Home » Opinion » Company, Meet Consumer: Creating a Community

Company, Meet Consumer: Creating a Community

To most corporations and companies in this day and age, you, the consumer, are not a person. You are a dollar sign. The point of businesses are to make money right? You have to be in the green for your company to continue. Some companies decide to take a detached route for community, while other are embracing it. I believe that community will make and break companies in the coming years, and this is why.

What’s the strongest emotion in the human encyclopedia? Love. Songs, movies, and monuments are built in the name of love. People are willing to do ridiculous things in the name of love. People will kill you for it. They’ll also save you for it. People love to love, and they love to BE loved.

Companies are not used to loving their consumers. Most companies still don’t, but the outlook is getting better.  There are some companies out there that totally get this, and they aren’t super successful. Then there are other companies out there that are super successful, and they don’t get it at all. My best example of the latter is Apple Inc.

Apple makes a ton of things that tons of people use. They just announce the iPhone 5 and a plethora of new iterations of their products. However, Apple doesn’t seem to care about you past your purchase and the occasional tech support. Apple makes no effort to put themselves out in the public for reasons of “brand security.” If they don’t put themselves out there, then there’s no chance of getting hurt. Apple chooses to remain a recluse to the community, and sit in their tower making products they know you’ll buy.

Because of this, they’ve made some pretty amazing things, but they haven’t made people like them. They’ve had scandals with how they treat their workers outside of the U.S. They’ve shown their hypocrisy by stealing from other designers, patenting trivial things like rounded edges, and then suing the pants off of anyone who dares to use the simplest of patent without permission. They’ve made no secret of their distaste for other companies. They also haven’t engaged the community outside of advertising.

Apple doesn’t have an official Facebook page. Apple doesn’t have an official Twitter page. Name a social network and chances are they don’t have an account for it. They’ve stated that they don’t want anyone else to hold power over their brand. They want to protect the image of Apple from all other outside influences. They want to sit inside instead of playing with the kids at recess, because they might fall and skin their knee. This is going to cost them in the long run, because other companies understand community, and embrace it.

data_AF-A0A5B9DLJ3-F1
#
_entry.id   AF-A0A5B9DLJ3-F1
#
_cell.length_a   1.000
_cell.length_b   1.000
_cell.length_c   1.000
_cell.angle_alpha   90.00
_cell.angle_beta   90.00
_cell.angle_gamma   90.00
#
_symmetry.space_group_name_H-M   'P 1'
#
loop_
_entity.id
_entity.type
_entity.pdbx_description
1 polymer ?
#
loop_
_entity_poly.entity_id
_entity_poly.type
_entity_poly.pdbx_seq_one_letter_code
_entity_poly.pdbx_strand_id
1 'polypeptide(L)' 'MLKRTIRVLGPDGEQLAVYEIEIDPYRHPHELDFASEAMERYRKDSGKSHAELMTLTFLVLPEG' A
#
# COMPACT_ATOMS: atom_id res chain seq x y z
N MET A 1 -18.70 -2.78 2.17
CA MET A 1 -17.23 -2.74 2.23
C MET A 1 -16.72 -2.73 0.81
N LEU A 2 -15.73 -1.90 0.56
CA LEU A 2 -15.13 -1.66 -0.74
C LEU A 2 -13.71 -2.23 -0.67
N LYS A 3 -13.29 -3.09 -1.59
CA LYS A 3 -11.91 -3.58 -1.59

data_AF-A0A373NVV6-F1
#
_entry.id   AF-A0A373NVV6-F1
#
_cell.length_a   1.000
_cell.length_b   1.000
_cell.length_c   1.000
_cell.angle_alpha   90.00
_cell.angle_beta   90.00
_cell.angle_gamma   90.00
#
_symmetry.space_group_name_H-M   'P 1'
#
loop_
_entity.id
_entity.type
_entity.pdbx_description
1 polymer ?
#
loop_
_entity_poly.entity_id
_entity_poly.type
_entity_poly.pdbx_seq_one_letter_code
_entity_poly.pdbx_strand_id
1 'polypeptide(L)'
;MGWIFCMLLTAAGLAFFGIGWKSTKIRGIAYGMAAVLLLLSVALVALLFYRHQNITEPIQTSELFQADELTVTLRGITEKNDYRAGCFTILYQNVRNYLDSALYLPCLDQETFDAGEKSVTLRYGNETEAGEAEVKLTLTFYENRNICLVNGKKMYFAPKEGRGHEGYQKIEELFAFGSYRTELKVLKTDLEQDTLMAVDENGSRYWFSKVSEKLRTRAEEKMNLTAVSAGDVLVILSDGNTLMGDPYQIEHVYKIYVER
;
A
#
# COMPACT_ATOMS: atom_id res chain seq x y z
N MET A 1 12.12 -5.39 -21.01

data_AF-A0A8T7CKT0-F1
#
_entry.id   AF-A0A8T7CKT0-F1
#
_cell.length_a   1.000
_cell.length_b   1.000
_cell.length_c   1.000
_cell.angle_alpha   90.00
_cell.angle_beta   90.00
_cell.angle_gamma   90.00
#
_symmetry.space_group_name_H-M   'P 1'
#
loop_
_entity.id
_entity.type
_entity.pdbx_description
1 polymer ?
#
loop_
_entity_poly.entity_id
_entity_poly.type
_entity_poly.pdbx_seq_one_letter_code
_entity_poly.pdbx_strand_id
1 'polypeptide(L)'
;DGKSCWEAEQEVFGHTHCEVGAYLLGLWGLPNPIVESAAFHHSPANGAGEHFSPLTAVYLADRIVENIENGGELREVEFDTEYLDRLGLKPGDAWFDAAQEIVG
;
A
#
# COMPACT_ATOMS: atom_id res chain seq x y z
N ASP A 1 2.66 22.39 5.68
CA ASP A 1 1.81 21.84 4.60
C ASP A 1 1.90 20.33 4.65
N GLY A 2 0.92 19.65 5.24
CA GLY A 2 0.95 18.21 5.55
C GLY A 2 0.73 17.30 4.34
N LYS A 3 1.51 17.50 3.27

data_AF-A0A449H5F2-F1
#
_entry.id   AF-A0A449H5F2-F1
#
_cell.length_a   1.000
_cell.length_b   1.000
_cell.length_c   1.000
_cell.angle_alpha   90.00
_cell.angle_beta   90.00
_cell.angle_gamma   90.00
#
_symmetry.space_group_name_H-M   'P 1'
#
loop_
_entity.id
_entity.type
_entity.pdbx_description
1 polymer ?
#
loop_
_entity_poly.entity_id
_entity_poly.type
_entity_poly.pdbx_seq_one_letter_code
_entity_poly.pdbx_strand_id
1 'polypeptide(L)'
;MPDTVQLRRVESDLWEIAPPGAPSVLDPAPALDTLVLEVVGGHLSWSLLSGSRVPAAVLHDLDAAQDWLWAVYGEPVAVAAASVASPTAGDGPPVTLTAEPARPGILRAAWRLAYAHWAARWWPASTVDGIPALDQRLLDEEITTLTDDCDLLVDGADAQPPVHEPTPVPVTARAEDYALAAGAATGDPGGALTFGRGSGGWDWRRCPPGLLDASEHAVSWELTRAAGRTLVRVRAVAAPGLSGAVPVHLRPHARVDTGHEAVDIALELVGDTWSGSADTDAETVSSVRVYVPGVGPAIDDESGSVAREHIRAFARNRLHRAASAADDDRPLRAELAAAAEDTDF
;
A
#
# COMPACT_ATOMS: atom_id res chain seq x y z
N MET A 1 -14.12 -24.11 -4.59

These are companies like AT&T, Microsoft, Harmonix, Visceral Games, EA, Paramount, Warner Bros, etc… There are a ton of companies that are paving the way for future businesses. These companies understand that consumers are potential profit, but that they’re also people. They understand that it’s OK to be imperfect and to figure things out. They also understand that their consumers may have problems, and those problems will need answers as quickly as possible. Most important, these companies understand that people have value that goes far further than a monetary gain.

Let’s look at AT&T. Yesterday, after the iPhone 5 announcement one of my friends was discussing carriers and asked who they thought they should go with for the new phone. I, being an AT&T customer, mentioned AT&T as the best network out there. It was a tweet in a sea of tweets, but somebody noticed…

AT&T made an effort to let me know that I had value to them. That’s incredible. That’s connection.

Other companies have done the same thing. @deadspace constantly responds to tweets from their fans about their games. @RockBand and @HMXHenry read a blog post from May where I explained my love for Rock Band (the best music game ever) and mentioned that, because of said love, my drums had broken a long while back. They re-tweeted my link, favorited it, and then asked me to DM them my address so they could send me a new set of drums. (You can read that post and the update here) @CinemarkUSA responds to moviegoers in lines at midnight showings. @Oatmeal responds to love and hate all on the same feed.

These people all understand their communities. When I was already a lifetime customer, they made me an eternal one.

I think, going forward, companies will NEED to be connected to their consumer bases. Tons of companies already have community managers and social network experts working for them. THEY GET IT. I can only hope that it will eventually be something that is thought about as essential and necessary without any complaint or wariness. Social interaction with your consumer is an opportunity to go from a faceless entity, to someone who directly cares about the people they make products for, and that’s huge.

Follow these people. Talk with them. Get to know the people who sell you things. Most of them are willing to make that connection with you, and that’s a priceless opportunity.

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